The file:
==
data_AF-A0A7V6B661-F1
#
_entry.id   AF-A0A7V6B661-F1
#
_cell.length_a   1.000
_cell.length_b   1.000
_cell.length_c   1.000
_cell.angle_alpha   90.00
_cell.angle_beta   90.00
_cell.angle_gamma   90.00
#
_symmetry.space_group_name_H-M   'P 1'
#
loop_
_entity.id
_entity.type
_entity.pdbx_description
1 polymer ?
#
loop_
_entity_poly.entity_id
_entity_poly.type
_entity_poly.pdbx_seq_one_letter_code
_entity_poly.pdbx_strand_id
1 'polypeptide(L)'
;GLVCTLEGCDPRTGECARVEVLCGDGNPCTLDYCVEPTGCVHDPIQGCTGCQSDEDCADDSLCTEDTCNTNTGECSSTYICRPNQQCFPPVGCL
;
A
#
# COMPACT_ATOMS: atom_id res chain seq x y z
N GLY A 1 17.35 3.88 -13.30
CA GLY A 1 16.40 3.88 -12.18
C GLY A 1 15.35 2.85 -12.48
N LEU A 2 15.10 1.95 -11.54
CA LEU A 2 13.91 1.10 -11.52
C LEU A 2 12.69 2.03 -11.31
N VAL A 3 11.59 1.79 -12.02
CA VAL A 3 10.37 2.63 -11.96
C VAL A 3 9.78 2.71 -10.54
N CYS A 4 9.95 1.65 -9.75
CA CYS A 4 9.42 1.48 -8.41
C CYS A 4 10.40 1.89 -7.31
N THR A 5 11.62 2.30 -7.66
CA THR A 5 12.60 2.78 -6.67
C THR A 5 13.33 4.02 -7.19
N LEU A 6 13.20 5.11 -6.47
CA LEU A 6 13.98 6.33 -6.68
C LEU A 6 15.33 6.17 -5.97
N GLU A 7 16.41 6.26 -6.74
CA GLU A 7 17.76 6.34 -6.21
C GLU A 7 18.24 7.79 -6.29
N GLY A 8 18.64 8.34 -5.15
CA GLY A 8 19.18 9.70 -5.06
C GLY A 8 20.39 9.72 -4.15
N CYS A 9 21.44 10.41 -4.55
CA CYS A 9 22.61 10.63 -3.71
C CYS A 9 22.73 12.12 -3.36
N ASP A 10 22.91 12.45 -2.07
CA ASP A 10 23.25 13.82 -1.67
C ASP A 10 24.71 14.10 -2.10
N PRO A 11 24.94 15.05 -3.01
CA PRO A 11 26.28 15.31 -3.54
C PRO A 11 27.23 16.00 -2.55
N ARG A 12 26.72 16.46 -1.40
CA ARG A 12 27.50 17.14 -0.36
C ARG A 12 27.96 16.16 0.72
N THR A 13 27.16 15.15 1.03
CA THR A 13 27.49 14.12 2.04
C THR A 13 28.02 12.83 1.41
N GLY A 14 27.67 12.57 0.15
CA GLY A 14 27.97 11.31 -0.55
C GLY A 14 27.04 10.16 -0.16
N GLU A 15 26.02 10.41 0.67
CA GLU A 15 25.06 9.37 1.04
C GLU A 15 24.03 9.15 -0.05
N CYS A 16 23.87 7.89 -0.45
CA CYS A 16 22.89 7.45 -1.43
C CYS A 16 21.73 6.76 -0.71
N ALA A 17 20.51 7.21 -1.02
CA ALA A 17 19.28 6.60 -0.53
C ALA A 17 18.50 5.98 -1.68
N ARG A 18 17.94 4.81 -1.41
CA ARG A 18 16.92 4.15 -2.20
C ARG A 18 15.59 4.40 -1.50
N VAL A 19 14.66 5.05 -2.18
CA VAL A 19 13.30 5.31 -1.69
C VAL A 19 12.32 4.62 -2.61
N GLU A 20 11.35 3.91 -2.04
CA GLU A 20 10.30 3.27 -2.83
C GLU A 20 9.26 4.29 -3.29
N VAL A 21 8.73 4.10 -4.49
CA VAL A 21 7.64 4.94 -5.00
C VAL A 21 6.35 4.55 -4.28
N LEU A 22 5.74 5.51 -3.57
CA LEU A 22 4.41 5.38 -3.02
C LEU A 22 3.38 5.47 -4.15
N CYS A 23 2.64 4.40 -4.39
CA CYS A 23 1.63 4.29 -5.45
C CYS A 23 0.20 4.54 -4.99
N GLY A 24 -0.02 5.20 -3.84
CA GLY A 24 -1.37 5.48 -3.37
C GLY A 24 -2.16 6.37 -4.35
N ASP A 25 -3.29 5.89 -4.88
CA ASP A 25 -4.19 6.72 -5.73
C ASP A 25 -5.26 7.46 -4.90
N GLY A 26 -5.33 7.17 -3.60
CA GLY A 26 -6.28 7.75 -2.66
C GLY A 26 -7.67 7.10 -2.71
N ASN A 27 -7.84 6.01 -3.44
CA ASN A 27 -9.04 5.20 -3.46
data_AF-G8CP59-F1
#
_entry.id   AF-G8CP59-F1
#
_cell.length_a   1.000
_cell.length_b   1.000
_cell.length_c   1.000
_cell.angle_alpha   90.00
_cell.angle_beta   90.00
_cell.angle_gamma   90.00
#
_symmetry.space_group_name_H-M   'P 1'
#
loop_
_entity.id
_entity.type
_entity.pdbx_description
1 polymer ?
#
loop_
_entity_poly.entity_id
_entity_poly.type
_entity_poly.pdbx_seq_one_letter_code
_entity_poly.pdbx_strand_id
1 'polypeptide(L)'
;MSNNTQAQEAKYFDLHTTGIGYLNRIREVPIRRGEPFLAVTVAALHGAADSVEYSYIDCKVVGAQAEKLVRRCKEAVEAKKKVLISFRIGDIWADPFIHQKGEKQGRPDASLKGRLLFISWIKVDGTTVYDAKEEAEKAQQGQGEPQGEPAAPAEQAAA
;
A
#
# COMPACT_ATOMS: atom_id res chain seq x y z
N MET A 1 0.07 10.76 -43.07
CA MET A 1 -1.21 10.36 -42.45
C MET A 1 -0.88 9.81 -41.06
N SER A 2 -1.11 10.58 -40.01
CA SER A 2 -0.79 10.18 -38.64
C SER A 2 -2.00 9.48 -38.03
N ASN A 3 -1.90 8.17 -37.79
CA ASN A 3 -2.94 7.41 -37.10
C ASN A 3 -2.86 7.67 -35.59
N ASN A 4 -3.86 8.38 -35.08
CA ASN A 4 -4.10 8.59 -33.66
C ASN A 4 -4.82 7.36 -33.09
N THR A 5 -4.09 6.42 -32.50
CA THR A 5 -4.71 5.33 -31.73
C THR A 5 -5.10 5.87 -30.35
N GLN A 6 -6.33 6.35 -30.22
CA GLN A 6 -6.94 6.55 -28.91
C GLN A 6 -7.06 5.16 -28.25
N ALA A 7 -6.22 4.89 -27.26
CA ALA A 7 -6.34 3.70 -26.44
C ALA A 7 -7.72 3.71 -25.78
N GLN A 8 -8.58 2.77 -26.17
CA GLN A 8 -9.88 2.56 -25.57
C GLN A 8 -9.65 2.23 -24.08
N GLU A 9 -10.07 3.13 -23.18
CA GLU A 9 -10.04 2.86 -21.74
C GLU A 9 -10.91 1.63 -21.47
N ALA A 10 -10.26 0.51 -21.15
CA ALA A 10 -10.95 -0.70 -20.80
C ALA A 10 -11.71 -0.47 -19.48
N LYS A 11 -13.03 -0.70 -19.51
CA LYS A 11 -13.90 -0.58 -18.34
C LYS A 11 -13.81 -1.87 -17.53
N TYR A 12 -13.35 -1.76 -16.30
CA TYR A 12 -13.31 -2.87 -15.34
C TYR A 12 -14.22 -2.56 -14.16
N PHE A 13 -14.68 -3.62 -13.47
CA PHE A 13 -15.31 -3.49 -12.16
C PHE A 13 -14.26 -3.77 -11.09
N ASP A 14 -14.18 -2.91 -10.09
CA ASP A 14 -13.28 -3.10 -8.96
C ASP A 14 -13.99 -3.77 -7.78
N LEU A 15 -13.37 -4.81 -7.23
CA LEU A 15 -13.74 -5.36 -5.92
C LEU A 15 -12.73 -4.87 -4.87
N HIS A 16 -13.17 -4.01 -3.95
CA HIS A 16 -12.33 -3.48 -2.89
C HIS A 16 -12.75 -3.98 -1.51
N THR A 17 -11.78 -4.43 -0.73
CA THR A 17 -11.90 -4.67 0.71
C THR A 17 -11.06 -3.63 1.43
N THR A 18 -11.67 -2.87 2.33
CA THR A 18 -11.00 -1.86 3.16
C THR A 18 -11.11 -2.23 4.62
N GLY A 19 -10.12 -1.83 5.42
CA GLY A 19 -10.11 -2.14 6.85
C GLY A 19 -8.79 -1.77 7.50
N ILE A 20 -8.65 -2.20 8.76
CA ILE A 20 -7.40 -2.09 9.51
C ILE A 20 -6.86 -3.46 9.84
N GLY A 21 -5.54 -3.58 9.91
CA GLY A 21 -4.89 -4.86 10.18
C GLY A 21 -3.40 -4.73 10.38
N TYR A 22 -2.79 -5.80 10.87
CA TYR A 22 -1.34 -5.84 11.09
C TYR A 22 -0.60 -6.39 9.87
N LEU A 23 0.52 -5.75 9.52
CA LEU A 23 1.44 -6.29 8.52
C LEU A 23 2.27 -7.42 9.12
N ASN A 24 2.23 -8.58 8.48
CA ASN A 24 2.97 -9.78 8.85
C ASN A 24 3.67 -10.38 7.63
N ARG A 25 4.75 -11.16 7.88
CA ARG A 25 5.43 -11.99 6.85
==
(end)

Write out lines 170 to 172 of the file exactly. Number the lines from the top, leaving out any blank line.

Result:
C ALA A 10 -11.71 -0.47 -19.48
N LYS A 11 -13.03 -0.70 -19.51
CA LYS A 11 -13.90 -0.58 -18.34